The color of lividity is variable from light pink to deep purple Pink -- when stored in refrigerator, in cold water, in snow area Deep purple -- asphyxia, sudden cardiac death Cherry pink - - carbon monoxide poisoning Brick red -- cyanide poisoning Brownish -- metahemoglobinamia
Postmortem staining bruise 1 situation on the dependant parts of the dead body anywhere 2 Tissue level Undersurface of the skin and the skin level externally subcutaneous tissue level externally. 3 surface (a) Not elevated (b) Cuticles not damaged (a) May be slightly elevated (b) Cuticles may be damaged in the form of abrasion 4 Margin Sharp and clearly defined diffused margin 5 Colour Bluish or reddish purple normally. Reddish when fresh which changes in colour with time. 6 Cause due to capille-venous distension with blood due to extravasation of blood from capillaries. 7 Nature of the change Postmortem antemortem 8 Effect of pressure Pressed spot appears pale No change on application of pressure. 9 Cut section Cut surface shows oozing of blood from the smaller vessels which can be cleaned by washing cut surface shows evidence of haemorrhage in the tissue which cannot be washed out ( In dead bodies) 10 Microscopic study Engorgement of capillaries extravasation of blood, cellular infiltration etc. 11 Enzymatic study No change Change in the level of certain enzyme, in the affected area. 12 Medical importance Tells about the time of death and position of the dead body Tells about the nature of injury , weapon use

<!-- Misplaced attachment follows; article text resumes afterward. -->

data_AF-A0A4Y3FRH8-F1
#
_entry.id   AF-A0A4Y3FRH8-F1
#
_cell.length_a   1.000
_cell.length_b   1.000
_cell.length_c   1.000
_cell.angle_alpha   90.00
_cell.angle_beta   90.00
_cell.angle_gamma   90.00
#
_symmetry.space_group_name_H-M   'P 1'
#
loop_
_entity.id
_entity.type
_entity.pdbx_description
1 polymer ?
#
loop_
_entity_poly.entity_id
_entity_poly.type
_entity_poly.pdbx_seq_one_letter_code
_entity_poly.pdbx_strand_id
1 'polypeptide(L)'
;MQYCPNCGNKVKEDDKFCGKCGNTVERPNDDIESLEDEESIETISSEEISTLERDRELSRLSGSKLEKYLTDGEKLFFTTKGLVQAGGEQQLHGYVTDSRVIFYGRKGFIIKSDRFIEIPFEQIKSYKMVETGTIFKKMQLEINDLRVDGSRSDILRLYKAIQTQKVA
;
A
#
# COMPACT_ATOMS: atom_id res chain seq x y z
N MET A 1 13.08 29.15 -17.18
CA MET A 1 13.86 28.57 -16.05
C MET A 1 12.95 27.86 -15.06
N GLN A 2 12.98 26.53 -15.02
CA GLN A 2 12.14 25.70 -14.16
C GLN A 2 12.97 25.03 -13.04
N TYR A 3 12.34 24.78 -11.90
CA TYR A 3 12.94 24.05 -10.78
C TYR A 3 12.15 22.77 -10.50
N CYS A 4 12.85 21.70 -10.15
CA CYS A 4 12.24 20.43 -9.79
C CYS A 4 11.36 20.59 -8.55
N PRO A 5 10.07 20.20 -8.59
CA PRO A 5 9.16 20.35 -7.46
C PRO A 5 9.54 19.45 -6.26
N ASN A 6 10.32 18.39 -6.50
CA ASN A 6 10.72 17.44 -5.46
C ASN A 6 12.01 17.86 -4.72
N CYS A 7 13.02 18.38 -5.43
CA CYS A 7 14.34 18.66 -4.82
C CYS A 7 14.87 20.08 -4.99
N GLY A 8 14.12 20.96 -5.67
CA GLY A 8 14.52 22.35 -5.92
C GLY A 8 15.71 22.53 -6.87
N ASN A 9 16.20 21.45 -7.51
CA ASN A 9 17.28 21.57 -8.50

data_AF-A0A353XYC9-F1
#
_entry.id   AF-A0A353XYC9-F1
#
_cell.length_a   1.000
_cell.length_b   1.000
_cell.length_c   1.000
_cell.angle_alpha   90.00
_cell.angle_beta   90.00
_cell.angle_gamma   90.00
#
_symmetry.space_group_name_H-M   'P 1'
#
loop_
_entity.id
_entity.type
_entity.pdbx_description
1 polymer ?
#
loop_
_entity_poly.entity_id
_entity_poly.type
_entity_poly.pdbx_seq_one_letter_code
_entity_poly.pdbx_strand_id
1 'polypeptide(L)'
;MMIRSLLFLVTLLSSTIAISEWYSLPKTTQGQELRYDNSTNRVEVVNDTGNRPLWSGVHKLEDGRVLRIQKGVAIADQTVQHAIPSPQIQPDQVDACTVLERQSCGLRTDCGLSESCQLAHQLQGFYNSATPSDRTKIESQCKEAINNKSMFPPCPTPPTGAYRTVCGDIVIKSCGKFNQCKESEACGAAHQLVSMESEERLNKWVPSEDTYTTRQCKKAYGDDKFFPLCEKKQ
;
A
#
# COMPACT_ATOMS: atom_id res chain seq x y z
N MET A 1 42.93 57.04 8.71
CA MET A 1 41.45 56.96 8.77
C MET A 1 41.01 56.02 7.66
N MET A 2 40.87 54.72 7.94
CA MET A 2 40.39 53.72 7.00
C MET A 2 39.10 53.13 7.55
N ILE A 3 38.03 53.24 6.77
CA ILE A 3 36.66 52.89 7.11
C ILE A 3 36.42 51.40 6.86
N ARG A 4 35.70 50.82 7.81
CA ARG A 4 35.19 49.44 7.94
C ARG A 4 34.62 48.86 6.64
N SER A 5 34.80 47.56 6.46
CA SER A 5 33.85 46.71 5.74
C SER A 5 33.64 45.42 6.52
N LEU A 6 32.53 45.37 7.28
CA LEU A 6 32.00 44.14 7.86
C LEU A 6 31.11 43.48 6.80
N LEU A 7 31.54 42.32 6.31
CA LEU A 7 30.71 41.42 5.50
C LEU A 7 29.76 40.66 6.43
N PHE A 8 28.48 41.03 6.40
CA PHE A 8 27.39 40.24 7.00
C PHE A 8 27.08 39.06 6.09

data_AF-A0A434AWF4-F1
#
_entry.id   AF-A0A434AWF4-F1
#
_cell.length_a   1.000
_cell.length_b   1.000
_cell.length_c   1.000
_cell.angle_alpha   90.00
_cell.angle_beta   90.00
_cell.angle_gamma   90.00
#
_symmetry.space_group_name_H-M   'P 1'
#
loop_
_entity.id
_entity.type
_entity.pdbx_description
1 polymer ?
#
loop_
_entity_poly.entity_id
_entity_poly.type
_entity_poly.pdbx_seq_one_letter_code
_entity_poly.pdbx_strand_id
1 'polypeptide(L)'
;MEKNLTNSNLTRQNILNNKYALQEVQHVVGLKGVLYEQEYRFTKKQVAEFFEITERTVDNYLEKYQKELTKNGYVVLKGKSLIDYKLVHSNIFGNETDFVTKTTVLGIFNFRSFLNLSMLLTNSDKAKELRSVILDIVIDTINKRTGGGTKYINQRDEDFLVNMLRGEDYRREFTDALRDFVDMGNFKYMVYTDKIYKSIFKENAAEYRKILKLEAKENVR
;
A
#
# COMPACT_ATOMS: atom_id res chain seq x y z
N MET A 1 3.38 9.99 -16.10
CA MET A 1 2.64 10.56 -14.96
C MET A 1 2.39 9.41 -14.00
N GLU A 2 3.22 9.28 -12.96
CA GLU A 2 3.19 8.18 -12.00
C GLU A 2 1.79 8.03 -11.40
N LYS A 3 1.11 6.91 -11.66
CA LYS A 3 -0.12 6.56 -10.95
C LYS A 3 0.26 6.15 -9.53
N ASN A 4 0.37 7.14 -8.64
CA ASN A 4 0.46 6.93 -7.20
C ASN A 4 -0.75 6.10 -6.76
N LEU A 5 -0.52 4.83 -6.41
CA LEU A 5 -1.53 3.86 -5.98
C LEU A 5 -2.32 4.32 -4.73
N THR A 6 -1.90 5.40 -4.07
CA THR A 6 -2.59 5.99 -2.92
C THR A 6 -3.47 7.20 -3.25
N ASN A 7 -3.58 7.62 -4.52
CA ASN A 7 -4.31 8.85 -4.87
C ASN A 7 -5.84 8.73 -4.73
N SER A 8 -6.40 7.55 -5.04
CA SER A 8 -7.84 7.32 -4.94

Significance in forensic medicine 1.to determine the death 2.timing of death
when finger press, it change in to pale: <12 hrs it partly change into pale : 12~~ 24 hrs the color have no change: > 24 hrs
3.to infer the cause of death 4.to determine if the dead body is moved or not 5.to differentiate the antepetechia from postmortem petechia
C. COOLING OF THE DEAD BODY
In life, the body mouth temperature is about 37 ℃ , the deep rectal temperature is about one degree higher than the mouth.
After death, all of the metabolism activity ceased, the produce of body heat stopped, the body surface begins cooling, but the deep organs still keep warm and the body cooling gradually happens, until to the same to surroundings.
The rate of cooling will be vary under the influence of the following factors: the weight of the body ( thin, emaciation, obesity ) children are quickly than the adults. The amount or lack of clothing, Environmental temperature, Wind, humidity, Disease: fever, dehydration, pernicious status
Significance in forensic medicine: timing of death first 5 hour after death, fall 1 ℃ per hour, after 5 hrs postmortem, fall 1/2 ℃ per hour, until to the same temperature to surroundings. according the text book: ambient temperature: 16~~20 ℃ after death: 6hrs: 30~~34 ℃ 10 hrs: 28 ℃ 15 hrs: 24~~26 ℃
Site of the body used to record the inner coretemperature 一 1 .Rectum 一 4' above the anus 2. Subhepatic
Methods of measurement of the inner core temperatureChemical thermometer℃ with graduation ranging from 0 ℃ to 50 ℃ is required. For measurement of the intra-rectal temperature, the bulb of the thermometer is introduced 4' inside the rectum ．
For measurement of the intraabdominal, subhepatic temperature, a small slit like incision is given on the right side of the abdominal wall in front and the bulb of the thermometer is inserted for 4' inside the abdomen through the incised opening.